Researchers have discovered a new way to reduce the risk of lithium-ion battery failures and explosions significantly
Stories about vaping explosions and fires are far too common considering how often they actually occur. Despite this, it seems like every few weeks you read another story about how politicians should seriously consider further vaping regulations or even bans in response to the crisis. But in reality, the vast majority of these rare occurrences happen to vapers who are being irresponsible with their device, failing to follow basic battery safety.
What’s worse is that this is much less a “vaping” problem as it is a modern electronic device problem, given that the ubiquitous lithium-ion batteries are at the heart of the issue. The truth is these batteries are everywhere, from laptops to even Tesla cars! Regardless of the misconceptions, we may soon have a solution to the small, but real risk of battery failure. Researchers have discovered a new method of making lithium-ion batteries that significantly reduces the chances of critical failures.
The Non-Flammable Batteries
The new battery design was formulated at Oak Ridge National Laboratory, led by Dr. Gabriel Veith. The team utilized non-newtonian fluids to design the new batteries. Their plans call for silica nanoparticles to be suspended in the lithium fluid that would thicken when placed under sudden, powerful pressure. They would then slowly absorb and disperse the energy instead of resulting in a potentially deadly explosion. Not only would it lessen the impact of a battery failure, but the design itself significantly reduces the chances the seal between the two internal electrodes ever breaks, which is what causes explosions in the first place.
The team is encouraged by their results, but they remain concerned that not enough battery manufacturers will heed their report and change the process. Luckily, according to Dr. Veith and his team, the proposed changes are not very expensive. That being said, they do require re-tooling the systems used to manufacture new batteries, which many companies many not feel is necessary. At the very least, the team hopes their work will help inform and encourage companies to change practices when making new facilities.
The Stats On Battery Fires
Even if most manufacturers never change their method to reduce failure rate, the chances that you ever personally experience a vaping fire or explosion is minimal. According to a report commissioned by the FDA and published in the Injury Epidemiology Journal, daily vapers only have a 0.0086% chance of dealing with any severe battery failure. The report used information from a national network of representative hospitals to estimate how many people get injured by vaping products every year.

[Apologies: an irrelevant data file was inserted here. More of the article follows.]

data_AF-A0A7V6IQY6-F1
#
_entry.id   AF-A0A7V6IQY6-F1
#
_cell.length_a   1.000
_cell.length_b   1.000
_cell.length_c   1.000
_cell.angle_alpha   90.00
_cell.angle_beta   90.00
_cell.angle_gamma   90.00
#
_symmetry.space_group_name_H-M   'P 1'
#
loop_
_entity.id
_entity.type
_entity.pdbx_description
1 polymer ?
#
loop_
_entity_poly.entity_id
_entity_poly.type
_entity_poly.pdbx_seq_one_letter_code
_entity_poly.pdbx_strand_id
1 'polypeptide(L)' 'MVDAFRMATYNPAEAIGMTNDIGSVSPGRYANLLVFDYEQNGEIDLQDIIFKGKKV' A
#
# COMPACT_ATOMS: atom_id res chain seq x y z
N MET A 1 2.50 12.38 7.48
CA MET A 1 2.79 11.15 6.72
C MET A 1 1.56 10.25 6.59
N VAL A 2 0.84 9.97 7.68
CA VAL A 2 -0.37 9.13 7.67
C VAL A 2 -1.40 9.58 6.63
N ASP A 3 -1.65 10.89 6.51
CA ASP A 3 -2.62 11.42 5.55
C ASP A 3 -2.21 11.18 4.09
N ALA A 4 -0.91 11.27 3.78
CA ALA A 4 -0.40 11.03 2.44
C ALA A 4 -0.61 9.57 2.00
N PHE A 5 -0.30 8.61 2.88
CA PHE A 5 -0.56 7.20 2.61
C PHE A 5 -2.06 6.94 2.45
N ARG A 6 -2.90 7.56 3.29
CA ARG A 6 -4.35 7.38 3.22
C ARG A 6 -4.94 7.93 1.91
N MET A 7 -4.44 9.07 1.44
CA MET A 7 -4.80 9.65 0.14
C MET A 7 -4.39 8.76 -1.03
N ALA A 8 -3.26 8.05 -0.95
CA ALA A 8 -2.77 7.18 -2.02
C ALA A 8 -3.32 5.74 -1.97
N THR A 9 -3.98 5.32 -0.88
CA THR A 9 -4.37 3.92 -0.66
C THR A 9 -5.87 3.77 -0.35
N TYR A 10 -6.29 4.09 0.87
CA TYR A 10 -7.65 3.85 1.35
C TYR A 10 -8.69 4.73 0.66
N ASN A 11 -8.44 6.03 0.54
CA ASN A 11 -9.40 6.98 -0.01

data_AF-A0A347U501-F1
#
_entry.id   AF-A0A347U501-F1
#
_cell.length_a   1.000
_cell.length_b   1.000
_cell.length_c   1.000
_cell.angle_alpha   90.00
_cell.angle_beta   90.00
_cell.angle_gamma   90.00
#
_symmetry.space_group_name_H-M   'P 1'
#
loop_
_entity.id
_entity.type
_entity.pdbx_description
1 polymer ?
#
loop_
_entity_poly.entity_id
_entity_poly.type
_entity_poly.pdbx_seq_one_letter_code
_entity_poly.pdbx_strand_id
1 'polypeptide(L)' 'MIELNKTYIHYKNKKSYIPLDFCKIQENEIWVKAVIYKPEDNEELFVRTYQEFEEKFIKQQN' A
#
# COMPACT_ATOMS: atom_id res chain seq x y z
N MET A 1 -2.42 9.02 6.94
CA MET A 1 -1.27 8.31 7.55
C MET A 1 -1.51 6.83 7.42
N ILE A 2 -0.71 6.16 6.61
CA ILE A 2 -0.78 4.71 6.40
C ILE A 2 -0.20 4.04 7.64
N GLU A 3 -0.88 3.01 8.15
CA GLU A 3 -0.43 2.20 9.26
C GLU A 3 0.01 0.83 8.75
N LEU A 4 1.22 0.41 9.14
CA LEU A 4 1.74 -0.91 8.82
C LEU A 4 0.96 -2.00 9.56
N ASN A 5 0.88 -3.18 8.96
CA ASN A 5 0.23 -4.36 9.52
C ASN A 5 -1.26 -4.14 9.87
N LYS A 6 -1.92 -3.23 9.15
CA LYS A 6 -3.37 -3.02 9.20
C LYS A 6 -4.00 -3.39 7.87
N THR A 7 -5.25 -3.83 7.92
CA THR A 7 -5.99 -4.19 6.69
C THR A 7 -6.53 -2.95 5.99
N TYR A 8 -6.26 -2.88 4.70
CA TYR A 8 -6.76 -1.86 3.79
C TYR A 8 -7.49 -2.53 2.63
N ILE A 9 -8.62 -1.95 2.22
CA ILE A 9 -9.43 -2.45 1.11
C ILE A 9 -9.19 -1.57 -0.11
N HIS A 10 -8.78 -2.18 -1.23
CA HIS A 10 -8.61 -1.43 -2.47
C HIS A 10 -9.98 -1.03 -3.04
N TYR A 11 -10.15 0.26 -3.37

The United States Fire Administration conducted another study that takes a look at the real safety of batteries. That report looked at every instance of a battery explosion between January 2009 and December 2016 reported. Over that span, only 195 incidents of vaping explosions ever happened. Once again looking into the actual numbers shows that the chances of experiencing a vaping explosion are less than a hundredth of a percent.
This latest development in battery technology could ultimately be huge for vaping. If they can gain enough traction and substantially reduce the rate and concern over lithium-ion batteries explosions, it’ll have some significant impacts. Not least of which is reducing the number of dangerous things that people mistakenly associate with vaping. This could ultimately improve the case for vaping as a harm reduction and smoking cessation tool, so it would be best if battery makers take the new evidence and change according to its findings.
But truth be told, even if this never comes to pass the chances you or anyone you know will ever have to deal with a vaping explosion is minuscule. Although the number of stories skews the picture, the fact is that not even 200 incidents happened over a seven-year span according to the United States Fire Administration. Not to mention the fact that the overwhelming majority of those issues occurred because of user negligence, not an inherently dangerous product. After all, many seemingly safe things can be deadly when improperly used.
Do you think that battery makers should be adopting the new non-flammable technique for battery making? Have you or anyone you know ever experienced a critical battery failure? Do you think the problem of vaping explosions is exaggerated in the media? Let us know what you think in the comments, and don’t forget to check back here or join our Facebook and Twitter communities for more news and articles.